I have to name it, it’s heart-breaking to see the band without Mick, but John 5 seamlessly slipped into his new role, delivering solos and showcasing his own unique style. His performance, coupled with the band’s chemistry ensured that the essence of Mötley Crüe was preserved, even with the absence of Mars. I for one am excited about the next chapter following the conclusion of this world tour!

Authr: Evie Brooks

Having avidly followed those Manx rockers Mad Daddy, and as I live in France, it was a no brainer for me to purchase this ear-rattling compilation album from French label Pigmé Records. This is the second volume of garage rock goodness, and while it includes Mad Daddy’s most recent single, ‘Road Racer’, they are in good company from all over the world.

I was only previously aware of  Swiss rockers The Jackets, whose inclusion of ‘Queen Of Pill’ gives The Fuzztones a run for their money. I see they are playing Paris in September with The Darts (USA), who feature here with ‘Intersex’, and that is a tempting double bill, as they really suit each other. French rockers La Flingue offer ‘Selbsmodell’, while Belgium is ably presented by ‘I Ain’t Dead’ by Chiff Chaffs and their swelling organ (ooer).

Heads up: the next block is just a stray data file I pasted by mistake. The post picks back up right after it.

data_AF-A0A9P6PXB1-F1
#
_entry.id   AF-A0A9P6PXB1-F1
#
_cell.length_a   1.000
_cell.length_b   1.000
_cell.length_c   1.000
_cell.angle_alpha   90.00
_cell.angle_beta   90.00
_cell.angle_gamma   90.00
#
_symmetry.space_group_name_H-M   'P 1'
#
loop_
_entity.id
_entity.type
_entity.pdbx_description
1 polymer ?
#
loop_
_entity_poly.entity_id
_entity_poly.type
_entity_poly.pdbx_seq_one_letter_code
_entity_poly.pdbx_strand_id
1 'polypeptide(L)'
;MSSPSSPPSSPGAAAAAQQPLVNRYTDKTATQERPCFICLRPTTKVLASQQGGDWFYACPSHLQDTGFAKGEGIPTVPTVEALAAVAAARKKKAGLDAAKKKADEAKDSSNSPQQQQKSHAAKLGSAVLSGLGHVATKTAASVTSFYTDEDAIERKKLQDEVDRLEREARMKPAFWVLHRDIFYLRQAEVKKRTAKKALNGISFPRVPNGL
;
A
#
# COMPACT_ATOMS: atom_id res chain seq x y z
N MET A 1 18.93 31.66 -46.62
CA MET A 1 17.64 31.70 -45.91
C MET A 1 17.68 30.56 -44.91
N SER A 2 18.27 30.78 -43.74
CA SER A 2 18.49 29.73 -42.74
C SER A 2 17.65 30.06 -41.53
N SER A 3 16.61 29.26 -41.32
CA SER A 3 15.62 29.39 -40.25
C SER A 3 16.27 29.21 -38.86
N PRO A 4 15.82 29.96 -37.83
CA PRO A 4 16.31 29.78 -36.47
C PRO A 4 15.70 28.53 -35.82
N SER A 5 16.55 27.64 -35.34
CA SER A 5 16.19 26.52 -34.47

‘Strange Baby’ by The Go Go Killers (USA) sounds like it’s sung in an unknown language, but is a pleasing clout to the head, while ‘It’s A Girl’ by Strange Attractor (Canada) will get you up and dancing. ‘Stab Me’ by Slocks (Italy) is altogether darker, as you’d imagine, and Mad Daddy rev things up with the aforementioned ‘Road Racer’. I’m determined to see them one day!

Side two kicks off with ‘Confusion’ by The Cogs (Italy), proving that three chords and a lot of energy still works well, and ‘See That Girl’ by The Mocks (Netherlands) is very groovy, baby. They are definitely worth researching further. Sinister Six (USA) obviously have an extensive Cramps collection, if ‘Pretending To Be High Class’ is anything to go by, very nice.

‘Veneno Barato’ by Nestter Donuts (Spain) pounds along, probably with a sore throat by now. Short and snappy. The Fadeaways (Japan) provide the addictive ‘She’s A Rat Trap’, another top tune, and Davilla 666 (Argentina) provide the grungy ‘Chloe Sevigny’.

For once, I could afford the vinyl! As it didn’t include the crippling customs tax, not coming from the UK, but you can possibly pick up a copy via Mad Daddy’s Bandcamp page. Get on it!

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Author: Martin Chamarette